Coming home to find that your home has been robbed is a terrible experience. You may become overwhelmed with intense feelings of violation, fear, or anger. Those emotions can make it hard to think about the practical steps that need to be taken next.
That’s why we’ve put together this simple checklist. Although we hope you never need it, at least you will be prepared.
The first thing you should do is call the police. The sooner you place the 911 call, the sooner help will arrive. You’ll need to give your name, address, and a brief description of what happened. Try to stay calm.
If you arrive home to see a window broken or an exterior door open, don’t go inside. Your first instinct may be to charge in and assess the damage. However, there’s a possibility that the burglar is still inside.
If possible, wait at a neighbor’s house. It’s also important that you do not start trying to fix anything or put your home back in order before police arrive to investigate.
If you have pets at home, you should secure them as soon as possible. During a break-in, your pets will probably be terrified. If a door or window was left open, they might have run outside.
Your insurance agency will likely go over a list very similar to this one with you. They can advise you on what to document and the information you’ll need to gather.
They’ve dealt with this kind of call before, and it can help to have a calming voice on the other end of the line telling you how to proceed.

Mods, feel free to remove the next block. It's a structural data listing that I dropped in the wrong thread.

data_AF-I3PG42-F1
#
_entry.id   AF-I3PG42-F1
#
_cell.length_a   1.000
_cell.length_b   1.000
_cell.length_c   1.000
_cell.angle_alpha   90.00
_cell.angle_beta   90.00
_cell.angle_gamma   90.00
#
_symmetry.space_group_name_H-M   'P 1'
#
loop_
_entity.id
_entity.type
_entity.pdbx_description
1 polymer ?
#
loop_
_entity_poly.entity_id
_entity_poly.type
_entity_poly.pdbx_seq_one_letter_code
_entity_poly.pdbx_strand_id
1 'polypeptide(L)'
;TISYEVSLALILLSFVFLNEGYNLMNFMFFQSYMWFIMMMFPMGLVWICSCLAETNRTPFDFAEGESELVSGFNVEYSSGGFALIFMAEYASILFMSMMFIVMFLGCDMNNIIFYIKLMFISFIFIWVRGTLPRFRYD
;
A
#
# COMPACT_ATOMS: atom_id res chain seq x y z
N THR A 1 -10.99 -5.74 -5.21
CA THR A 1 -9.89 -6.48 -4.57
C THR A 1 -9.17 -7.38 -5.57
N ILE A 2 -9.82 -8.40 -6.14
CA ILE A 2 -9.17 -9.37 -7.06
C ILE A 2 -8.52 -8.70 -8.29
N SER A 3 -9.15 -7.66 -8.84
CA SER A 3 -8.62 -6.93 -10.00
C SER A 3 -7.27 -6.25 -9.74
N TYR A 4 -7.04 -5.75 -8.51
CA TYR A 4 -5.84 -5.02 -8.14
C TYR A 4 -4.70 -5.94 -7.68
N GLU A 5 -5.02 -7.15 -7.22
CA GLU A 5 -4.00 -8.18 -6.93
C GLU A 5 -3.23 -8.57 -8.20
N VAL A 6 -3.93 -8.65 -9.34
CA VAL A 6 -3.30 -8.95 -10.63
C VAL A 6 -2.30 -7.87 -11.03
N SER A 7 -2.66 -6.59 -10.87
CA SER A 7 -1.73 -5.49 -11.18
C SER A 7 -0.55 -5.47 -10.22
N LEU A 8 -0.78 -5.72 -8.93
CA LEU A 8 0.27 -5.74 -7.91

When the police arrive, make sure to note down names and badge numbers. Once they’ve made sure the criminals are no longer at the scene, they’ll investigate.
You’ll need to do your own documentation as well. Photograph everything and write down as many details as you can. This will be helpful for the insurance claim.
It’s totally normal to continue noticing things that are missing hours or days after the fact. When my home was robbed a few years ago, I did not realize that my guitar was missing until the following day.
The shock was so overwhelming that it was difficult to focus. Just keep photographing and writing things down as you notice them.
If you believe that the burglars might have gotten your credit card or bank information, put in a call to your financial institutions. They can freeze your accounts and issue new cards, if needed.
You should also let your neighbors know what happened. This isn’t to get sympathy or stir up drama. Thieves often target neighborhoods repeatedly, so your neighbors need to know what happened. They may also be able to help with the investigation if they noticed a suspicious person or vehicle nearby.
Once the police and the insurance company give you the all-clear, you can start cleaning up. This can be an emotional process, especially if the thieves were careless or violent.
Many “professional” housebreakers are fairly fast and efficient, checking for easily pawned items like firearms, electronics, and jewelry while leaving the home largely untouched. However, you may have to deal with broken glass, splintered wood, or other hazards as you clean up. Wear gloves and sturdy shoes.